Brothers Dalziel

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George Dalziel

The Brothers Dalziel was a prolific wood-engraving business in Victorian London, founded in 1839 by George Dalziel (1 December 1815 – August 1902), with his brother Edward Dalziel (1817–1905) from 1840.[1] They were later joined by their sister Margaret (1819–1894), brother John (1822–1869), and brother Thomas Dalziel (1823–1906).[1] Along with at least three older brothers and one younger, they were children of the artist Alexander Dalziel of Wooler in Northumberland,[2][3]

George Dalziel trained under Charles Gray (wood-engraver)[3] in London from around 1835.[citation needed]

The Dalziel brothers worked with many important Victorian artists, producing illustrations for the burgeoning magazine and book market of the period. Among the artists they worked with were Arthur Boyd Houghton, Richard Doyle, Myles Birket Foster, John Gilbert, William Holman Hunt, John Everett Millais, Dante Gabriel Rossetti and James McNeill Whistler. They cut the illustrations to Edward Lear's Book of Nonsense (1862); Lewis Carroll's Alice in Wonderland and Through the Looking-Glass.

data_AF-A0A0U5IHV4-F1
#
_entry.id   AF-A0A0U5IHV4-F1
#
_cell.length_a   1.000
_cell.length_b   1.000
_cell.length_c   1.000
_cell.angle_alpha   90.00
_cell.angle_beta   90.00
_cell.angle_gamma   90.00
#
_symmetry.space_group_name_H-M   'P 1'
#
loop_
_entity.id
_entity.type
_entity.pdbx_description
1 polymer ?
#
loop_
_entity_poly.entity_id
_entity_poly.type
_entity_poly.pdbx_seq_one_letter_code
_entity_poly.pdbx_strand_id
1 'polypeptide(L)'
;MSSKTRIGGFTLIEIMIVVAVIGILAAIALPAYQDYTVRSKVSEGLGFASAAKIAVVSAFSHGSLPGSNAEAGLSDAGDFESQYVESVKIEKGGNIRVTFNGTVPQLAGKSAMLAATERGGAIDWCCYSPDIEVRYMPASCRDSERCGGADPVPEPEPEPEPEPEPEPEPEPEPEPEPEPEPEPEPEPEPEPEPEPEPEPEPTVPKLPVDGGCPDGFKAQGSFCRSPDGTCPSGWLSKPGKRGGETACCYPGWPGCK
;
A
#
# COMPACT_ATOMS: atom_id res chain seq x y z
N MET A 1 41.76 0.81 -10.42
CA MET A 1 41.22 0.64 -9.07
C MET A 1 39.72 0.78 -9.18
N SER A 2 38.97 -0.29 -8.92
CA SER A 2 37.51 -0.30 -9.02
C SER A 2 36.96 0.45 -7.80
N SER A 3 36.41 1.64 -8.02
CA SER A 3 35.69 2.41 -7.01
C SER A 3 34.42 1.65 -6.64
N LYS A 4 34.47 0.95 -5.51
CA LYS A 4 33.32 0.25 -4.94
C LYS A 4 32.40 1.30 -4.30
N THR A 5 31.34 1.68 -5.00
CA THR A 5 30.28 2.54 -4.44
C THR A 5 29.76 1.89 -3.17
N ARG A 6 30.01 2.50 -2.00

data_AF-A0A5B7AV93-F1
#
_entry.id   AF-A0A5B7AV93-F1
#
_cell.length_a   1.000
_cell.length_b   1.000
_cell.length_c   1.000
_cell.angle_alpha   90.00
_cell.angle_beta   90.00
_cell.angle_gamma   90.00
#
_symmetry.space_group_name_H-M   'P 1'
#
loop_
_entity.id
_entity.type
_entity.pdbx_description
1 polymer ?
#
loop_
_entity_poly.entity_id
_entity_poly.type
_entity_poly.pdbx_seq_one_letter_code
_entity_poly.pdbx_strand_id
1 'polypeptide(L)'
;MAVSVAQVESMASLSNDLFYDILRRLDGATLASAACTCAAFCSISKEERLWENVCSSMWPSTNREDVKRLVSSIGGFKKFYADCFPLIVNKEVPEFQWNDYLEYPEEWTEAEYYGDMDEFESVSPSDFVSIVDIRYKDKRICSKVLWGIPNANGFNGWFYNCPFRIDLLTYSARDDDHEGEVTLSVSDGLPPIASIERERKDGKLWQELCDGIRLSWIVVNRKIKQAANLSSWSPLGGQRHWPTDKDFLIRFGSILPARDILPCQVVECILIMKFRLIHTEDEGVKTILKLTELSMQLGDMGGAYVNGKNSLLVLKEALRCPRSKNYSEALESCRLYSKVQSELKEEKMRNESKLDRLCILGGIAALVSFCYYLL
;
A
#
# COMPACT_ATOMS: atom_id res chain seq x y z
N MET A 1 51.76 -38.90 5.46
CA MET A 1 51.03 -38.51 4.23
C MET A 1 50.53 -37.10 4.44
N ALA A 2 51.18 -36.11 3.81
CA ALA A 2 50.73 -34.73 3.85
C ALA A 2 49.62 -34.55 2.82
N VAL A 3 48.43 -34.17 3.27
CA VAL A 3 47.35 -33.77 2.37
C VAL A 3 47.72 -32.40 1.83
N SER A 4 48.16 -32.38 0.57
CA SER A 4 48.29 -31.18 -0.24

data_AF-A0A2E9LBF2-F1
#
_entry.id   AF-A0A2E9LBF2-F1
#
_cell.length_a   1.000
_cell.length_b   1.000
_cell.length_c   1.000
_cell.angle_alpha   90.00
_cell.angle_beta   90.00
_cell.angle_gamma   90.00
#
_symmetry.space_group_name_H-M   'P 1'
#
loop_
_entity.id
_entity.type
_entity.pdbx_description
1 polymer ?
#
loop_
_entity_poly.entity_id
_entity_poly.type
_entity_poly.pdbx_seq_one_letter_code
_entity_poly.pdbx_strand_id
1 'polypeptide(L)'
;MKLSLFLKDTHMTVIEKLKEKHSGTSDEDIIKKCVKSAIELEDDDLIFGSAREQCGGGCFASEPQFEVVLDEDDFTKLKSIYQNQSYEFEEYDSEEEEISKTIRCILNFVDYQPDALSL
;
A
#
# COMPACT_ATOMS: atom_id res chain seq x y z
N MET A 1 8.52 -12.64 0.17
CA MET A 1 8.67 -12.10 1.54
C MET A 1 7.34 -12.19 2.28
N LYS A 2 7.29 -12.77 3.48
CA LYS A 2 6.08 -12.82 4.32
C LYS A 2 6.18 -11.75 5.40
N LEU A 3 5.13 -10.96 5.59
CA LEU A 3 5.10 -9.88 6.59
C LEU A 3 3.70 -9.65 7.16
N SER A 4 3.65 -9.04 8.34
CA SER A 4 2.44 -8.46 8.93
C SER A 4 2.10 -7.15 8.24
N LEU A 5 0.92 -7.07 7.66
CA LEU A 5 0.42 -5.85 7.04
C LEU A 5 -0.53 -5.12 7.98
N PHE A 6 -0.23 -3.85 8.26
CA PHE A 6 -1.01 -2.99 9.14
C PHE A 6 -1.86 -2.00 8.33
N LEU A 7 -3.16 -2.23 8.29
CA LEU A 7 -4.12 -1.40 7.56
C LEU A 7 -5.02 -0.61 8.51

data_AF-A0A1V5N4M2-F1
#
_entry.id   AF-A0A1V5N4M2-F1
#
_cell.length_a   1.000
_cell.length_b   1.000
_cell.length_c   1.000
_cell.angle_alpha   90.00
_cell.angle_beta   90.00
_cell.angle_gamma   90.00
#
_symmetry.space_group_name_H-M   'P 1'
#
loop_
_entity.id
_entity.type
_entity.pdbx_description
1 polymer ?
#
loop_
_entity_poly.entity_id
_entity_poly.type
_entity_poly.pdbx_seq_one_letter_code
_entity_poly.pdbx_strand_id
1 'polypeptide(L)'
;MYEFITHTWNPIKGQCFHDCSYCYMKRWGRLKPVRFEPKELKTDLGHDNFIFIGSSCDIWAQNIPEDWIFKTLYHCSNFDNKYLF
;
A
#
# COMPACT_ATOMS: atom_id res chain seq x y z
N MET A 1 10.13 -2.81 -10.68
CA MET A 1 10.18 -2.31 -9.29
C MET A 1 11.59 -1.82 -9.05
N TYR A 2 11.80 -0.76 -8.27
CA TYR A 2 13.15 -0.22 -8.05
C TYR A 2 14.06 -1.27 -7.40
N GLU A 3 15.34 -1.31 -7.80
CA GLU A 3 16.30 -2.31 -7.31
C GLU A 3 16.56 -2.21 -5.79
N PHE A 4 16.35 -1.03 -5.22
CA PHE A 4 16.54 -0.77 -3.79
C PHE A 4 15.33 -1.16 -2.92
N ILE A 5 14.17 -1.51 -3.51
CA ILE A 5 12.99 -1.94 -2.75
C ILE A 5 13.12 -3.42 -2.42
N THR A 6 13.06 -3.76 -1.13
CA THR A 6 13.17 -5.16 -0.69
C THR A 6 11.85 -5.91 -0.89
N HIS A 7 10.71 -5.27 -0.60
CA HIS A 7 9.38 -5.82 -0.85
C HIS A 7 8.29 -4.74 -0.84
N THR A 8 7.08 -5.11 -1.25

They also produced independent ventures, most notably The Parables of Our Lord and Saviour Jesus Christ (London: Routledge, 1864), illustrated by Millais, and contributed humorous cartoons to magazines such as Fun, which George and Edward acquired in 1865.

Until the advent of photo-mechanical processes c. 1880, they were pre-eminent in their trade. Examples of their work can be seen in the Victoria and Albert Museum in London.

Camden Press seal

At the end of the nineteenth century they collaborated on an autobiographical summary of their work: The Brothers Dalziel, A Record of Work, 1840–1890 published by Methuen.[3]


"As I slept, I dreamed a dream" (The Pilgrim's Progress)
  • "Obituary – George Dalziel". The Times (36841). London. 8 August 1902. p. 3.
  1. ^ a b "Dalziel Brothers". Library of Congress Authorities; Library of Congress ( Retrieved 2018-04-05.
  2. ^ "Our portraits". The Graphic. 9 August 1902. p. 179 – via British Newspaper Archive. (registration required)
  3. ^ a b c "Record of Fifty Years’ Work, A". Retrieved 2018-04-05.

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